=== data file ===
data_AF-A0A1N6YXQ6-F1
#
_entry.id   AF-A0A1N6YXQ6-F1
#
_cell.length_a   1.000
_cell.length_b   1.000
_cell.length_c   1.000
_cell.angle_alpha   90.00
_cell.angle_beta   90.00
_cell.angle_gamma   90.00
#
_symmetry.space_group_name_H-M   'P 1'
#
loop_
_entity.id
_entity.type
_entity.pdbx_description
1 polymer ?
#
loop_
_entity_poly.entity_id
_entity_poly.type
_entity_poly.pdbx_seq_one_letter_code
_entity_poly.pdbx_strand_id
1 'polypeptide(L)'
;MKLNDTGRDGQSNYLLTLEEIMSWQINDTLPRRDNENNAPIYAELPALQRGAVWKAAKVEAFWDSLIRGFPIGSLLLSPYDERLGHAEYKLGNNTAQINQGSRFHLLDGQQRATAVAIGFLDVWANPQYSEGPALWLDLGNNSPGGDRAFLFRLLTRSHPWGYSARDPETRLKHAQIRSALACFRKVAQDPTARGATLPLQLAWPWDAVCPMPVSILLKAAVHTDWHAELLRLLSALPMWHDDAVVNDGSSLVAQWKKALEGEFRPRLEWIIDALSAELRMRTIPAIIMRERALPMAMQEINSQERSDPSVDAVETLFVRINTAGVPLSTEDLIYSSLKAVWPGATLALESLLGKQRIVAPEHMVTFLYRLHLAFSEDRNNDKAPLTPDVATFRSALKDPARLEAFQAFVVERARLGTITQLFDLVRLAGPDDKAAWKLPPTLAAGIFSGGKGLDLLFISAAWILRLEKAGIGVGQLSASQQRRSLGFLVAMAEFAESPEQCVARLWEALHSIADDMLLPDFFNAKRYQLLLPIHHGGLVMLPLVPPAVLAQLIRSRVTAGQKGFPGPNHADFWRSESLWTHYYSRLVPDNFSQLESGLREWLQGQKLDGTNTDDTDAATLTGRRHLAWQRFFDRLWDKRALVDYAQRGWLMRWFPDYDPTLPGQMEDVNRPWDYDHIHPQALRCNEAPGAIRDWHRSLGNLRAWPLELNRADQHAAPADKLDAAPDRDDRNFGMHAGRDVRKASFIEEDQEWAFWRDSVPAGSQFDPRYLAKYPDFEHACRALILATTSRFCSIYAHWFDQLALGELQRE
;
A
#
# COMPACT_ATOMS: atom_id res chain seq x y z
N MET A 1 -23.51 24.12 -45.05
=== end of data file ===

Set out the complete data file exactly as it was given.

data_AF-A0A1N6YXQ6-F1
#
_entry.id   AF-A0A1N6YXQ6-F1
#
_cell.length_a   1.000
_cell.length_b   1.000
_cell.length_c   1.000
_cell.angle_alpha   90.00
_cell.angle_beta   90.00
_cell.angle_gamma   90.00
#
_symmetry.space_group_name_H-M   'P 1'
#
loop_
_entity.id
_entity.type
_entity.pdbx_description
1 polymer ?
#
loop_
_entity_poly.entity_id
_entity_poly.type
_entity_poly.pdbx_seq_one_letter_code
_entity_poly.pdbx_strand_id
1 'polypeptide(L)'
;MKLNDTGRDGQSNYLLTLEEIMSWQINDTLPRRDNENNAPIYAELPALQRGAVWKAAKVEAFWDSLIRGFPIGSLLLSPYDERLGHAEYKLGNNTAQINQGSRFHLLDGQQRATAVAIGFLDVWANPQYSEGPALWLDLGNNSPGGDRAFLFRLLTRSHPWGYSARDPETRLKHAQIRSALACFRKVAQDPTARGATLPLQLAWPWDAVCPMPVSILLKAAVHTDWHAELLRLLSALPMWHDDAVVNDGSSLVAQWKKALEGEFRPRLEWIIDALSAELRMRTIPAIIMRERALPMAMQEINSQERSDPSVDAVETLFVRINTAGVPLSTEDLIYSSLKAVWPGATLALESLLGKQRIVAPEHMVTFLYRLHLAFSEDRNNDKAPLTPDVATFRSALKDPARLEAFQAFVVERARLGTITQLFDLVRLAGPDDKAAWKLPPTLAAGIFSGGKGLDLLFISAAWILRLEKAGIGVGQLSASQQRRSLGFLVAMAEFAESPEQCVARLWEALHSIADDMLLPDFFNAKRYQLLLPIHHGGLVMLPLVPPAVLAQLIRSRVTAGQKGFPGPNHADFWRSESLWTHYYSRLVPDNFSQLESGLREWLQGQKLDGTNTDDTDAATLTGRRHLAWQRFFDRLWDKRALVDYAQRGWLMRWFPDYDPTLPGQMEDVNRPWDYDHIHPQALRCNEAPGAIRDWHRSLGNLRAWPLELNRADQHAAPADKLDAAPDRDDRNFGMHAGRDVRKASFIEEDQEWAFWRDSVPAGSQFDPRYLAKYPDFEHACRALILATTSRFCSIYAHWFDQLALGELQRE
;
A
#
# COMPACT_ATOMS: atom_id res chain seq x y z
N MET A 1 -23.51 24.12 -45.05